Sidewalk Labs said it will work with companies such as Waymo to deploy a "baseline fleet of taxibots and multi-passenger vanbots." Existing providers, such as Lyft, would be welcome to enter the market, it added. "A key goal of the taxibot system is to use competition to improve user experience, and individuals will be encouraged to include any privately-owned self-driving vehicles in the system as well," according to Sidewalk’s plan.
In the near-term, Sidewalk plans to run a six-to-twelve person autonomous shuttle in the summer in a specific area of Toronto to get residents used to the technology. "Single-person selfdriving vehicles might eventually be integrated into an elevated transport system, such as a gondola," Sidewalk added.
The Alphabet unit also plans to move goods, not just people, autonomously through its digital district. It envisions an "internal robot delivery system" for all businesses and residents in the Quayside area of Toronto, and will seek to expand it further. Finally, a four-part solid waste system Sidewalk imagines would include a waste hauling system the relies on autonomous vehicle technology, according to the plan submitted to Toronto.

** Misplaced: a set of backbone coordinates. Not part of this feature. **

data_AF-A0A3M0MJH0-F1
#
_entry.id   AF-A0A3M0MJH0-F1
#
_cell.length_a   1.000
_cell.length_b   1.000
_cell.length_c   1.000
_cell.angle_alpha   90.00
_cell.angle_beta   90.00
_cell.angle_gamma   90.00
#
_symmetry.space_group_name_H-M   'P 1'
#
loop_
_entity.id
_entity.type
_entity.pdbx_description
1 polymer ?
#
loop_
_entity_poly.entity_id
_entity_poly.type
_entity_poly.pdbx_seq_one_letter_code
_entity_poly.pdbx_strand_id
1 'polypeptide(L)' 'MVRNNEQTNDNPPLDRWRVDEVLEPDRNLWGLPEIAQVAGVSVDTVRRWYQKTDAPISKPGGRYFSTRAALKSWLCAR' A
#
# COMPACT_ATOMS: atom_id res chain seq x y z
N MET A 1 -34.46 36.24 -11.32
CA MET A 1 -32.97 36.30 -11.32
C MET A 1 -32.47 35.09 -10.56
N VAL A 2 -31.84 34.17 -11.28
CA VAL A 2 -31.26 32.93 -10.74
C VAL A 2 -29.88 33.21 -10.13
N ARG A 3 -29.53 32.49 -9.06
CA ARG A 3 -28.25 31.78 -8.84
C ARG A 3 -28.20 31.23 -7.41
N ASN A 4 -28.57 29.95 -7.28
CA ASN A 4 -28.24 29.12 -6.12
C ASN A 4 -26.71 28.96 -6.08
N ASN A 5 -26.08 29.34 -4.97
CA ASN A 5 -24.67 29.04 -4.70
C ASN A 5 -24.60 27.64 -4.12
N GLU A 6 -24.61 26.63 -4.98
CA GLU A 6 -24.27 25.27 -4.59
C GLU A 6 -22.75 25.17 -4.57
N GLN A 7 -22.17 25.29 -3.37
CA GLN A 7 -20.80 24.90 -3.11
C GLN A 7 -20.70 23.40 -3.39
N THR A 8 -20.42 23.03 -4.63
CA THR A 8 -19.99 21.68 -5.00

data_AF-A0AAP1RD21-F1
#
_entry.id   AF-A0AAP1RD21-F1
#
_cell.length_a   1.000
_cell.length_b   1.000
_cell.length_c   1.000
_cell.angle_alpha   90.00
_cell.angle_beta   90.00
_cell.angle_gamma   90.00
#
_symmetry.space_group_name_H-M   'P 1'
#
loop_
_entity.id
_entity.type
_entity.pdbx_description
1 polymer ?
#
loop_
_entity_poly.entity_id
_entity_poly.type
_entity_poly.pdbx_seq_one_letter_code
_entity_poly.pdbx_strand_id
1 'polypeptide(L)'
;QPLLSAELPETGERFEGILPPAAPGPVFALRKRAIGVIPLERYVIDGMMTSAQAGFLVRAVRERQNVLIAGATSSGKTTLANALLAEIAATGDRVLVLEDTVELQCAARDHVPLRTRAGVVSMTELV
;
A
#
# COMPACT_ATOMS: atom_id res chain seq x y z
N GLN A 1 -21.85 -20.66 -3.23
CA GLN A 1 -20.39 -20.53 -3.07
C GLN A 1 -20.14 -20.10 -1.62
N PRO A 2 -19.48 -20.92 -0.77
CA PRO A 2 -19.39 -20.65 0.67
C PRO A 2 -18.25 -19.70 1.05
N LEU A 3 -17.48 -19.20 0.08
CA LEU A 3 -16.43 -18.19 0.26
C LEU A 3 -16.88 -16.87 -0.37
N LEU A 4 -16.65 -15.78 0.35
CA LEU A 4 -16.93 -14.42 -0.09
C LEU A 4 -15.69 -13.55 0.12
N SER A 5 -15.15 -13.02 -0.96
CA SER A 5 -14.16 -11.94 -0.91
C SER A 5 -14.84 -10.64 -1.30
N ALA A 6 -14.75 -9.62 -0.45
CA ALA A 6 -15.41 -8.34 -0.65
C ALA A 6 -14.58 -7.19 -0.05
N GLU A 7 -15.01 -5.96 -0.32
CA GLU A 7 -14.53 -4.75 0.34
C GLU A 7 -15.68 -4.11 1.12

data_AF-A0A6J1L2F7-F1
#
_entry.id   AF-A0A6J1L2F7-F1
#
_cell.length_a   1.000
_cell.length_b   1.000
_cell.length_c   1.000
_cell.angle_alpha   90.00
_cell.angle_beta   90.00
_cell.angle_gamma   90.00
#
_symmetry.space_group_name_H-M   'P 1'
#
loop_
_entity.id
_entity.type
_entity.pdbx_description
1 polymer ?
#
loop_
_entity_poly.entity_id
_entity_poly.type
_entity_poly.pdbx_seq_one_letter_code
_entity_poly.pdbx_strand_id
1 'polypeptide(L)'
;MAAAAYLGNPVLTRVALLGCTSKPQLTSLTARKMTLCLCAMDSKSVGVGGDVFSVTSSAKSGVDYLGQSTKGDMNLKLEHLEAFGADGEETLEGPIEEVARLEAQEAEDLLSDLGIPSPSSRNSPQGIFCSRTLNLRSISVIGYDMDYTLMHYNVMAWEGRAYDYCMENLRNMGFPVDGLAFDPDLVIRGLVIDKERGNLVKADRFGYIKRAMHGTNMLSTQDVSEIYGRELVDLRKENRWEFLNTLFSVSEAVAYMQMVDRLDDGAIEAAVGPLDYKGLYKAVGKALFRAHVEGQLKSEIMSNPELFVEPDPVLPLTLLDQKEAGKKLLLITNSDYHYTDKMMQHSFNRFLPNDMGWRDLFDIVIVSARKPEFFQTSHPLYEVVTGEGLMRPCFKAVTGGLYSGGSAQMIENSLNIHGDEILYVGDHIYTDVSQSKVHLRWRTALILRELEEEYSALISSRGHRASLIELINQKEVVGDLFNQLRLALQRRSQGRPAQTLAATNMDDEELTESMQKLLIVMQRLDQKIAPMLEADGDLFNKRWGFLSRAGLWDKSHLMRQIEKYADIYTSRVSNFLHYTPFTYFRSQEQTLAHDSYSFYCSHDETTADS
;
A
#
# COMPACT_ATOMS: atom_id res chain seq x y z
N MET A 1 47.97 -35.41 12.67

There’s no begging in Toronto’s Amazon bid
Stonecrest, Ga. promised to create a whole new city, name it after Amazon, and install the company’s founder, Jeff Bezos, as mayor-for-life. Chula Vista, Calif., offered $400 million in tax incentives. Newark, N.J., upped the grasping bribery stakes to $7 billion. What incentives were we willing to offer? None.
Well, not none, exactly. The city’s bid offered the incentive of locating in Toronto: an amazing city to live in, and an amazing place to do business. It explains what we are, why we’re attractive, and why anyone would be foolish to overlook us. Amazon would be lucky to locate here. And that ought to be incentive enough. ....in considering the prospect of inviting a new global tech giant to the city, we became aware of our own attractiveness. And felt some confidence in ourselves, with or without them.